World Cup ski coach mulls future |

World Cup ski coach mulls future

Mark Fox/Summit DailyU.S. Ski Team coach and Old Snowmass resident John McBride shares a moment with his daughter, Ruby, following the Birds of Prey downhill at Beaver Creek.

ASPEN ” Local John “Johno” McBride said earlier this week that he’s done as a coach with the U.S. Ski Team ” at least for now.

He recently told national team officials that he wouldn’t be back next season as the men’s combined coach. The decision stems from a desire to spend more time with his two young daughters, Ruby and Lucy, and his wife, Sunni, he said.

McBride, however, has failed at quitting before. He walked away from his job as the team’s head speed coach after the 2006 World Cup season, only for the team’s best skier, Bode Miller, to lure him back during the offseason.

McBride said his most recent decision had nothing to do with Miller’s announcement earlier this month that he, too, is severing ties with the national team. The split ends an often-contentious, 11-year relationship between the team and Miller, the 2005 overall World Cup champion, who is on the verge of breaking Phil Mahre’s U.S. record of 27 World Cup victories.

“I made that decision before he did,” said McBride, who agreed to return in a new capacity last season under the condition that he could return home monthly. “Those guys were looking for a full-time coach, and I just wasn’t ready to sign up for that. At this time, if they feel like the only people they want to hire are full time, I totally respect that. We talked about it and had some good conversations, but I wasn’t interested in signing on for a full-time deal again.”

McBride hasn’t ruled out coming back to the national team next season to coach skiercross. The sport will make its Olympic debut at the Vancouver Winter Games in 2010, and McBride said the U.S. Ski Team is in the preliminary stages of putting together a skiercross roster.

That coaching job is one McBride said he would consider because the competitive skiercross schedule is much shorter than the World Cup season.

“It’s like 10 races in the whole season, and 70 percent of them are domestic,” McBride said. “Even if it was 20 races, that wouldn’t be that bad. The World Cup calendar is 44 races, all over the world, starting in October and ending in March.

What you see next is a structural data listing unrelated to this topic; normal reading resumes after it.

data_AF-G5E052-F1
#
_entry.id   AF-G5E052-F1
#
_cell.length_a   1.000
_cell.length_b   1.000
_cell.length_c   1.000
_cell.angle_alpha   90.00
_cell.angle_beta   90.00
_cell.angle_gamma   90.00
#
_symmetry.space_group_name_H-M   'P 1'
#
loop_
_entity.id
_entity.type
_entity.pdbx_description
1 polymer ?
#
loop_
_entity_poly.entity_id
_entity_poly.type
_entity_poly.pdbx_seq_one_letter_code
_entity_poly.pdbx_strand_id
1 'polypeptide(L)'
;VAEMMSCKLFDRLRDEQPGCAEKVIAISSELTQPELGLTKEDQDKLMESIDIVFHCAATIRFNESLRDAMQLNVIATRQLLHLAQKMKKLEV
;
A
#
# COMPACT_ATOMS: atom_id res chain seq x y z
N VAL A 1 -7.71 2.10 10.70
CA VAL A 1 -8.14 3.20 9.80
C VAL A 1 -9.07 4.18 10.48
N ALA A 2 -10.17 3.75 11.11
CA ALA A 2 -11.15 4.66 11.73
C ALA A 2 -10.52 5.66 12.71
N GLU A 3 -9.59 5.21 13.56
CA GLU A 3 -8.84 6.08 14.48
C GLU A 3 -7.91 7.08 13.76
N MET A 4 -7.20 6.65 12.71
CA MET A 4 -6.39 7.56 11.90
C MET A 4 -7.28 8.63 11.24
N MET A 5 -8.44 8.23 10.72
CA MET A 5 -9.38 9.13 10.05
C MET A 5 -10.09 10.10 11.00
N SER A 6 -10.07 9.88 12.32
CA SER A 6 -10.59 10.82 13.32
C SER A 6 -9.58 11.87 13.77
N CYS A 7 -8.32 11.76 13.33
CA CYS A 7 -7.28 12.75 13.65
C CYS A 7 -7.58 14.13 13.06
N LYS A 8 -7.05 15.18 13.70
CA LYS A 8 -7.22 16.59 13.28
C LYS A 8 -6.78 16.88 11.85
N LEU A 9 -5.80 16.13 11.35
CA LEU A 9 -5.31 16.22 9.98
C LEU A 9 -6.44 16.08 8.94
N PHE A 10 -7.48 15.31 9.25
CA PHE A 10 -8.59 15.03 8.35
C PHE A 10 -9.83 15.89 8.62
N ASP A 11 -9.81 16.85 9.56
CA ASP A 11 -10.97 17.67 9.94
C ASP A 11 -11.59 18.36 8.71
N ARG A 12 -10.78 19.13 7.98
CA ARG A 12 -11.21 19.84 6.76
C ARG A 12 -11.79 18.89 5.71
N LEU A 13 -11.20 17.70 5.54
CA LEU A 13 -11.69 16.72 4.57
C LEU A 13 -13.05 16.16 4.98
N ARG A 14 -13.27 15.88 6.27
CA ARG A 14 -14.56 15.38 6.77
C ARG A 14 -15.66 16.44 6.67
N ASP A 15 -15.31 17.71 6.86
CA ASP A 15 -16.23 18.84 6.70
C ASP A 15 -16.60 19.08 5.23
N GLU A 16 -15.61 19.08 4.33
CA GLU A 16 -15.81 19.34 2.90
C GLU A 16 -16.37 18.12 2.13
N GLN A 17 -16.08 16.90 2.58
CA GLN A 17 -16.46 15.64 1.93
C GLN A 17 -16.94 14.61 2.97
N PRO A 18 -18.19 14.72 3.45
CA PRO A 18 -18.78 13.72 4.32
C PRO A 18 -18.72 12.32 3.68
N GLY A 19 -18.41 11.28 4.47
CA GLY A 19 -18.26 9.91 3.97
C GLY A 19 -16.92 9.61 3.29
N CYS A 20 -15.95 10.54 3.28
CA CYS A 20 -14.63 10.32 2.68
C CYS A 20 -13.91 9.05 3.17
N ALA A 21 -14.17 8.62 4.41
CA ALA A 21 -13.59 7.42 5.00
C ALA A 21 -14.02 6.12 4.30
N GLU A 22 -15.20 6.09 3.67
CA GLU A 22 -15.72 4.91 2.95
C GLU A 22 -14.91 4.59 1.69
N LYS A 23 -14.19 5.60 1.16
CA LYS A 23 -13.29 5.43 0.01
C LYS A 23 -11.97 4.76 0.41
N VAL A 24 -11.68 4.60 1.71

“We’ll have to figure out how that’s going to work, but it’s something I’m kicking around.”

A number of likely U.S. Olympic skiercross racers are former World Cup racers with whom McBride has previously worked ” including former national team downhillers Casey Puckett, Daron Rahlves and Jake Fiala.

The less-demanding schedule was one of the reasons Rahlves and Fiala graduated to professional skiercross.

“I think that appeals to a lot of those guys,” McBride said. “Just not being away from home so much is more appealing. And 90 percent of the guys in skiercross are guys that I worked with and coached. It’d be like a homecoming with old friends.”

Even with the monthly trips back home during the winter, McBride said he actually worked 10 days more this past season than during the 2006 season.

McBride’s unofficial role as combined coach was to help Miller maintain his fitness ” a problem during a disappointing 2006 in which Miller failed to win an Olympic medal in five events.

“With all the conditioning and dryland stuff during the summer, it actually ended up being more,” McBride said. “That’s definitely one of the things that I need to work out with my own life, now that I have kids. I’ve got a lot invested in a lot of guys on that team, but I can’t just take on a full-time job ” at least one that is so set in its schedule.”

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